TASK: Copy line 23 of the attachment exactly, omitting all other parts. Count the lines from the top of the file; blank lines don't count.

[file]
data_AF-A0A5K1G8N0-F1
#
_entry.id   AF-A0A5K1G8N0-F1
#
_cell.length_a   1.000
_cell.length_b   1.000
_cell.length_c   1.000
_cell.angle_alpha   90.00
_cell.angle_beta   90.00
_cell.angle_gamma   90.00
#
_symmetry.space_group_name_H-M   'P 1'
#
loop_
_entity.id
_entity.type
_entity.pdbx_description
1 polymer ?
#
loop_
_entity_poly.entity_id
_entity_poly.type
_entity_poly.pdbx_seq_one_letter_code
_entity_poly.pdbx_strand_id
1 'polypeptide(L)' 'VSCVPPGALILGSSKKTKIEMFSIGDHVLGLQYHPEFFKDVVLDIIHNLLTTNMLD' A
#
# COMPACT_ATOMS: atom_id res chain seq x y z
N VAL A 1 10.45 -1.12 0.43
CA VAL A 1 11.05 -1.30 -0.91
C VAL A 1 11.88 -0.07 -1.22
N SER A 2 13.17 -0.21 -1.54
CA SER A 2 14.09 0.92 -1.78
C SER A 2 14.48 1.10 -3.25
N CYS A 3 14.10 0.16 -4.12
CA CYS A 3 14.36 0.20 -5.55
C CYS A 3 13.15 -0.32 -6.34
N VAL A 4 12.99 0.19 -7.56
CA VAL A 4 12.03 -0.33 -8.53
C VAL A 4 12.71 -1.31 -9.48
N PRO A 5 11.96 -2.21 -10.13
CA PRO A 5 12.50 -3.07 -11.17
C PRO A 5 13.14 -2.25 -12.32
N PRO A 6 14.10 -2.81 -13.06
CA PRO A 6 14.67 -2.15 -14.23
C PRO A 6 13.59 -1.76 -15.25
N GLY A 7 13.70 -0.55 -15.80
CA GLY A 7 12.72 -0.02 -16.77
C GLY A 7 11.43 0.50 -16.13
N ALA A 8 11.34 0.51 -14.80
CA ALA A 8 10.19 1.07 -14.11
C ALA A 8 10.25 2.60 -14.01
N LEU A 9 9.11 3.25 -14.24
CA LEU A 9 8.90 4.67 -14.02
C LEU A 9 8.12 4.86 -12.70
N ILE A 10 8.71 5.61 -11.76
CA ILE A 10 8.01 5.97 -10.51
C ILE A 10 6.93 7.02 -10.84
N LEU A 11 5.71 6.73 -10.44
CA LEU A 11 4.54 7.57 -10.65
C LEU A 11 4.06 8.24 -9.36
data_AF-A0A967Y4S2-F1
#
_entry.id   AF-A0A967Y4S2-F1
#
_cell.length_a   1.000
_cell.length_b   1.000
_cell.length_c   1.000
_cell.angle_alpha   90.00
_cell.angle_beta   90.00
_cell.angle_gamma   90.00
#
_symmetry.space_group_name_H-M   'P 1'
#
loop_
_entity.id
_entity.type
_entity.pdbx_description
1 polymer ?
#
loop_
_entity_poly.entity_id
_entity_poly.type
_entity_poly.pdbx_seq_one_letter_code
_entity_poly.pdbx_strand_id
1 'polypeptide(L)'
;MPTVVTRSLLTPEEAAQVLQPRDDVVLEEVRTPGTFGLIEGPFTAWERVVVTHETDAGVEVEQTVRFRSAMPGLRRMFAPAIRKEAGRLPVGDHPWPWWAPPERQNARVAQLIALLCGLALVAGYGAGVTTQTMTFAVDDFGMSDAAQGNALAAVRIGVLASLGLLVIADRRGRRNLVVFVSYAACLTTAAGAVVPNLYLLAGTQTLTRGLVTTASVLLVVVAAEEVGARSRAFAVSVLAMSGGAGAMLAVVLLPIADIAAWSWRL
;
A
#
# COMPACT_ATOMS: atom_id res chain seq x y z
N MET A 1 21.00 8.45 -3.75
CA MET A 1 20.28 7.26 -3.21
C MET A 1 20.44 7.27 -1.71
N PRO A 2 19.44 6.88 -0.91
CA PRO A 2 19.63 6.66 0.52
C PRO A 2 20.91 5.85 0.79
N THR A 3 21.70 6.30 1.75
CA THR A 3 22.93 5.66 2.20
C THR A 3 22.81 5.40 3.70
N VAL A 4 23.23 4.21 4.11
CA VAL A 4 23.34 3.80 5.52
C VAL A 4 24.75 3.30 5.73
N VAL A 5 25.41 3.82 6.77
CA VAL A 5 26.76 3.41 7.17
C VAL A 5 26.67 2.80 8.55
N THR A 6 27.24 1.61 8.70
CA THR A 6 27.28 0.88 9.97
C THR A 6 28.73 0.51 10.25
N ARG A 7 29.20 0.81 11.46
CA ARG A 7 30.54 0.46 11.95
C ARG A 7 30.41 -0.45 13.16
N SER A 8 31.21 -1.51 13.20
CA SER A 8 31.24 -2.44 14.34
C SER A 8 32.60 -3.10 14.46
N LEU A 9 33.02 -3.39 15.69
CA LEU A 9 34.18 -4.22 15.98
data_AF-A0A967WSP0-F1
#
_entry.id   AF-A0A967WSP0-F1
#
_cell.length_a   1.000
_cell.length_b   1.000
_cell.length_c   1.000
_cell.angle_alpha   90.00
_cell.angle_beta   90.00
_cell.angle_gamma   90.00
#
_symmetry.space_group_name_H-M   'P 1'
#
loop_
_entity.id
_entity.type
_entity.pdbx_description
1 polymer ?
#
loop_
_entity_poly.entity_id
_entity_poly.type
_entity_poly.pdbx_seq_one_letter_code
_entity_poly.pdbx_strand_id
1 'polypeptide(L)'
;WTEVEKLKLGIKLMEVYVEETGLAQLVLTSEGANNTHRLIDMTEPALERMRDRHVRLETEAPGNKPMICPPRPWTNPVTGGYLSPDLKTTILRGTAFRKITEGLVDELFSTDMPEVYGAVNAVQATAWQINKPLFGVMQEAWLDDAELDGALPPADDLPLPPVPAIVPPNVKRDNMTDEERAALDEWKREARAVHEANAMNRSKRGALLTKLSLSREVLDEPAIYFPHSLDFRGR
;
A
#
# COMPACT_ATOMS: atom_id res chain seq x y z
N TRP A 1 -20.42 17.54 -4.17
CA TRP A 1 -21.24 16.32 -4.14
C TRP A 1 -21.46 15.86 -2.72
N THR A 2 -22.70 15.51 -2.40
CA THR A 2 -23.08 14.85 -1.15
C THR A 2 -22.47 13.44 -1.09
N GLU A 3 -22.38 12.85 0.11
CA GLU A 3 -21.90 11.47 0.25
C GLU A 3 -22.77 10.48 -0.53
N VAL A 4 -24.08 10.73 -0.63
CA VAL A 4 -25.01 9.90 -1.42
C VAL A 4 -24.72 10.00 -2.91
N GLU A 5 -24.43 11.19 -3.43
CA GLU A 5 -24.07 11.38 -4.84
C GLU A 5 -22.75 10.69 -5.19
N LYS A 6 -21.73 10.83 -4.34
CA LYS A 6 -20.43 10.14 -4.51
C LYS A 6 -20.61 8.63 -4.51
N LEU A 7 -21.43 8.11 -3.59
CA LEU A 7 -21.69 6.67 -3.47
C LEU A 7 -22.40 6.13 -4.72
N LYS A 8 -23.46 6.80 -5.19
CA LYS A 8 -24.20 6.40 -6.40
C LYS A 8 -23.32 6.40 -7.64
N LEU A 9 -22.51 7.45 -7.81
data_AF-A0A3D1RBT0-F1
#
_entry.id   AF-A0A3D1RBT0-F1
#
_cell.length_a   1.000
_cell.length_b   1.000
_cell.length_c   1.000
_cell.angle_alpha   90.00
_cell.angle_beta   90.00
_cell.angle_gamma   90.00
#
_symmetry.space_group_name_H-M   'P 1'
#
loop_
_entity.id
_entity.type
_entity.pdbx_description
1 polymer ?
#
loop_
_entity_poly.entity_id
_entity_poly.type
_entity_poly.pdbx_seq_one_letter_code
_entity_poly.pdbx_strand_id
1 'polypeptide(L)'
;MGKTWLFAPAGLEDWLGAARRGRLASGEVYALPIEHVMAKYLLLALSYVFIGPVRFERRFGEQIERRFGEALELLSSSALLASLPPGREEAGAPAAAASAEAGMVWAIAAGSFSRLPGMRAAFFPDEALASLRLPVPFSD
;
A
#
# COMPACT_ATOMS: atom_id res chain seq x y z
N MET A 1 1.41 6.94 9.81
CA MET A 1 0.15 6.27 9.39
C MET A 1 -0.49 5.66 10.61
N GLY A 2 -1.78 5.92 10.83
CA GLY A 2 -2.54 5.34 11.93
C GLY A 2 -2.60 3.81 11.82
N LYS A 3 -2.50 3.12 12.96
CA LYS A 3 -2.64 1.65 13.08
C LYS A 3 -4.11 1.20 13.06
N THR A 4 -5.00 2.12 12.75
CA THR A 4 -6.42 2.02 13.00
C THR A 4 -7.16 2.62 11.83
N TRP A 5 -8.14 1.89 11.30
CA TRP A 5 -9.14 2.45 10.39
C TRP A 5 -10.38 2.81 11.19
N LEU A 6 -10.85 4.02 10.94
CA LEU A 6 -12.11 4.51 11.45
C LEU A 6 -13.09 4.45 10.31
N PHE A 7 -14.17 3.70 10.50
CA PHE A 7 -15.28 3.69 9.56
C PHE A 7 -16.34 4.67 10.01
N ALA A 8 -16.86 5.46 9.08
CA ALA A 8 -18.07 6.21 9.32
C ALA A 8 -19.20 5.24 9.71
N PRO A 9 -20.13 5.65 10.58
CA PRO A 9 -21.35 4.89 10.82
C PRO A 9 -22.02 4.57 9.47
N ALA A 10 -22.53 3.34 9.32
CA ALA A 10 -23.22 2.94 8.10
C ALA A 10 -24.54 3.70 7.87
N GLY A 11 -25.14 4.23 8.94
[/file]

_entity_poly.pdbx_seq_one_letter_code